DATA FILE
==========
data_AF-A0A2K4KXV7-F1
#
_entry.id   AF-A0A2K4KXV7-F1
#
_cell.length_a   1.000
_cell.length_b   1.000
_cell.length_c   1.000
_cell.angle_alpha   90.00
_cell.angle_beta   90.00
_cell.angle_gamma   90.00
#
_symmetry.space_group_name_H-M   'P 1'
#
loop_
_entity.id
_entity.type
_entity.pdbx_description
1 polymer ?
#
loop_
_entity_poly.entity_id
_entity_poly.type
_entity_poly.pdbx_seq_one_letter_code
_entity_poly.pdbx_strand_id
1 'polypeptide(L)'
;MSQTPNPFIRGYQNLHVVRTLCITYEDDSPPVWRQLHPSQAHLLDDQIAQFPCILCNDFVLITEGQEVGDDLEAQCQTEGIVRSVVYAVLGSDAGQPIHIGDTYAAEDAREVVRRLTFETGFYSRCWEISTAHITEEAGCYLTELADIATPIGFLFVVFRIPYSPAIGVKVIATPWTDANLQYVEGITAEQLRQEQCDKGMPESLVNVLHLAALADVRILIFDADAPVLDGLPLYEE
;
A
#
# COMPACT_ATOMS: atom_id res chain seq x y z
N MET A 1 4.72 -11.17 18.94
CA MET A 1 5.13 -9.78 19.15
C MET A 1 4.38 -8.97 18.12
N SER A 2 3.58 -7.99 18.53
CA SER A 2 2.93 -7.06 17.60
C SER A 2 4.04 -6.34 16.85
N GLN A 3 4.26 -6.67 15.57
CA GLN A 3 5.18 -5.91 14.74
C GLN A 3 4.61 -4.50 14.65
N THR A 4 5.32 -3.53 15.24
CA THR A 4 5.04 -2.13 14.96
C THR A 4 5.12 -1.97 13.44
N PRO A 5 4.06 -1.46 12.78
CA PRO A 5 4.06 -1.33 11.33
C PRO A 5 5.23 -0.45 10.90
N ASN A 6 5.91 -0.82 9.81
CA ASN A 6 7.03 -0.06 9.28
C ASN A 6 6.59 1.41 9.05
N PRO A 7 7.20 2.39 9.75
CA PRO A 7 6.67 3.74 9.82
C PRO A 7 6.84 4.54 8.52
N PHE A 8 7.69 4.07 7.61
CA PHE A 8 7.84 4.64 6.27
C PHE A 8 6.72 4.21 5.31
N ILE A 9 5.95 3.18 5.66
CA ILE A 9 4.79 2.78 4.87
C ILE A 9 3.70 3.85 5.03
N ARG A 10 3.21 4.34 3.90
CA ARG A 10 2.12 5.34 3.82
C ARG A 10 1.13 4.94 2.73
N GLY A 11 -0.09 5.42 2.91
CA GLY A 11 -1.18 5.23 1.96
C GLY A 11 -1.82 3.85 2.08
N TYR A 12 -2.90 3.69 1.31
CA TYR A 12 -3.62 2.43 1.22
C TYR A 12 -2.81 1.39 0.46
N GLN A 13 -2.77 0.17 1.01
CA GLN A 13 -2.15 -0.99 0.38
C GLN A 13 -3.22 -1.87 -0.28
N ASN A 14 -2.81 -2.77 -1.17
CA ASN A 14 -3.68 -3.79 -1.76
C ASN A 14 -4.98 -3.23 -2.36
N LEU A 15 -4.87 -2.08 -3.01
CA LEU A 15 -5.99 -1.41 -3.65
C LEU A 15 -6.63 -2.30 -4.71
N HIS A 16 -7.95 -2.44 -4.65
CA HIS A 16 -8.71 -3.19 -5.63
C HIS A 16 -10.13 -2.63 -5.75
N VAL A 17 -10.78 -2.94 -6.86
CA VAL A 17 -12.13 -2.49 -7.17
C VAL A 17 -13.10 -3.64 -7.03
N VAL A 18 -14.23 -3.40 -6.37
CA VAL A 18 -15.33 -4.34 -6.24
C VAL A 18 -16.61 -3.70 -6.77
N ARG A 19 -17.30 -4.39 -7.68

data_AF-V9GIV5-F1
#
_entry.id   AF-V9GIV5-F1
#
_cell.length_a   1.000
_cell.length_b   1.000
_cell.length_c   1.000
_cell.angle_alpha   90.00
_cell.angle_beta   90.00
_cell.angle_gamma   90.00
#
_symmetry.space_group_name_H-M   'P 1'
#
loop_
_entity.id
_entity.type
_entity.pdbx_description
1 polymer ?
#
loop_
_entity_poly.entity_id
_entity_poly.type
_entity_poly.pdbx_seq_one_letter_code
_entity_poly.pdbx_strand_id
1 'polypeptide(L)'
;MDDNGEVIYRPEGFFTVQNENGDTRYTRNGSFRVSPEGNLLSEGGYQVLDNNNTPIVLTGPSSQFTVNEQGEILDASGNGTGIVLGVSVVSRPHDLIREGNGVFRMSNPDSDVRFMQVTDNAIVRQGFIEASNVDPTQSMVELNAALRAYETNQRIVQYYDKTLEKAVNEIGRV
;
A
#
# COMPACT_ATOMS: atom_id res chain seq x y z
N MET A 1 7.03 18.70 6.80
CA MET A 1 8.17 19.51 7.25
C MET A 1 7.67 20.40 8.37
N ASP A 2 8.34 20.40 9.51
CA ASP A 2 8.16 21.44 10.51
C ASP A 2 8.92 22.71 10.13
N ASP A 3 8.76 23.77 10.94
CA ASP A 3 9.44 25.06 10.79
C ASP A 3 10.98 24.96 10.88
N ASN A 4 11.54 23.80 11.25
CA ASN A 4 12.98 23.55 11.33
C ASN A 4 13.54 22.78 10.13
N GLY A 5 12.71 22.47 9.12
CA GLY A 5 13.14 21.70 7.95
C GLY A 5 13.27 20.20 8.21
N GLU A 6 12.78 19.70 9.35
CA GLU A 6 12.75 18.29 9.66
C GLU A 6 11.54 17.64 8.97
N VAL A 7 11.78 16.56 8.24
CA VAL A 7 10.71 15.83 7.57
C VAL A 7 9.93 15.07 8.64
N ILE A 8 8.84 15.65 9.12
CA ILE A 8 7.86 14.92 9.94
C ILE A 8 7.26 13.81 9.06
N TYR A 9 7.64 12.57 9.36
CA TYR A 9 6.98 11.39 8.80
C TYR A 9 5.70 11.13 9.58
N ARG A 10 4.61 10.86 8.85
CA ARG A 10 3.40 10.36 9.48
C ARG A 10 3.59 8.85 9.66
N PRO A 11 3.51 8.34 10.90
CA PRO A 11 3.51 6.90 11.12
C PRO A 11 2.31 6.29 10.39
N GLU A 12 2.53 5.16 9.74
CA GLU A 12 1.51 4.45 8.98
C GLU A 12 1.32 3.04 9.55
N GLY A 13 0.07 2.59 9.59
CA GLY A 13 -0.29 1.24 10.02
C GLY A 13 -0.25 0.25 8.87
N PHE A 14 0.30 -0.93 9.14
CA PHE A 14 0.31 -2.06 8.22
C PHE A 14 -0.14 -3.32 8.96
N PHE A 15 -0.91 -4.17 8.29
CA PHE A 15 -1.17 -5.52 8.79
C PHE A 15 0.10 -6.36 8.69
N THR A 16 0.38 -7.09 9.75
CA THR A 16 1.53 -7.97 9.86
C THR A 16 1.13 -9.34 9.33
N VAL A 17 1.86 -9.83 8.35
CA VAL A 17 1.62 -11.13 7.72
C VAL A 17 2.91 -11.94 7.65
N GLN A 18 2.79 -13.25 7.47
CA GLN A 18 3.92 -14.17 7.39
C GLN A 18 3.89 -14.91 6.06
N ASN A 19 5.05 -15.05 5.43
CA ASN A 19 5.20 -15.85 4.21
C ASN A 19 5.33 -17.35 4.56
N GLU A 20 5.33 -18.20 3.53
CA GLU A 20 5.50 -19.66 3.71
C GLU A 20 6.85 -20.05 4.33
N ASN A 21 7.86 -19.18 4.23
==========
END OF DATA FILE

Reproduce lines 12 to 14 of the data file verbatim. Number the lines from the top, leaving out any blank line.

_symmetry.space_group_name_H-M   'P 1'
#
loop_